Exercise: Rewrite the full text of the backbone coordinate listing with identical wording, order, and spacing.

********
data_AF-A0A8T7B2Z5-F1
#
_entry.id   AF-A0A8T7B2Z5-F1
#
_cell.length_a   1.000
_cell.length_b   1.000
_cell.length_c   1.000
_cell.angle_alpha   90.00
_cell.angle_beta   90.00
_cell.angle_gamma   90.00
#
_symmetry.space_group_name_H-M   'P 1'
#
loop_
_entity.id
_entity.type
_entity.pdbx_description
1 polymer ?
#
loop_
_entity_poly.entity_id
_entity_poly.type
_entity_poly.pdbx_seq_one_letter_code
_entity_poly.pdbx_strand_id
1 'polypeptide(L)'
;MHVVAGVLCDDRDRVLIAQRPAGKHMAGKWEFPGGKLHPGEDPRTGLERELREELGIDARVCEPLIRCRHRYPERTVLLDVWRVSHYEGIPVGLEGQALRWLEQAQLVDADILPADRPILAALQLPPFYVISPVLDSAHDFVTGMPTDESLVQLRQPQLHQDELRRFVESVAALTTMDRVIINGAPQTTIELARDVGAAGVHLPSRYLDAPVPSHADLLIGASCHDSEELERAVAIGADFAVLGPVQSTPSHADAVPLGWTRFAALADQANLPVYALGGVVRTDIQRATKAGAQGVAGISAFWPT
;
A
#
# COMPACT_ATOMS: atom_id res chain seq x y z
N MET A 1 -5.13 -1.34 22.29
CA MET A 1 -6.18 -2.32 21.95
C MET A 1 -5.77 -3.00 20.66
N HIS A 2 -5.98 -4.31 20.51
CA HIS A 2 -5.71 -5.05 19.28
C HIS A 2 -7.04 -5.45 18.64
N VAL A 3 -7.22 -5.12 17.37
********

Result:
data_AF-A0A8T7B2Z5-F1
#
_entry.id   AF-A0A8T7B2Z5-F1
#
_cell.length_a   1.000
_cell.length_b   1.000
_cell.length_c   1.000
_cell.angle_alpha   90.00
_cell.angle_beta   90.00
_cell.angle_gamma   90.00
#
_symmetry.space_group_name_H-M   'P 1'
#
loop_
_entity.id
_entity.type
_entity.pdbx_description
1 polymer ?
#
loop_
_entity_poly.entity_id
_entity_poly.type
_entity_poly.pdbx_seq_one_letter_code
_entity_poly.pdbx_strand_id
1 'polypeptide(L)'
;MHVVAGVLCDDRDRVLIAQRPAGKHMAGKWEFPGGKLHPGEDPRTGLERELREELGIDARVCEPLIRCRHRYPERTVLLDVWRVSHYEGIPVGLEGQALRWLEQAQLVDADILPADRPILAALQLPPFYVISPVLDSAHDFVTGMPTDESLVQLRQPQLHQDELRRFVESVAALTTMDRVIINGAPQTTIELARDVGAAGVHLPSRYLDAPVPSHADLLIGASCHDSEELERAVAIGADFAVLGPVQSTPSHADAVPLGWTRFAALADQANLPVYALGGVVRTDIQRATKAGAQGVAGISAFWPT
;
A
#
# COMPACT_ATOMS: atom_id res chain seq x y z
N MET A 1 -5.13 -1.34 22.29
CA MET A 1 -6.18 -2.32 21.95
C MET A 1 -5.77 -3.00 20.66
N HIS A 2 -5.98 -4.31 20.51
CA HIS A 2 -5.71 -5.05 19.28
C HIS A 2 -7.04 -5.45 18.64
N VAL A 3 -7.22 -5.12 17.37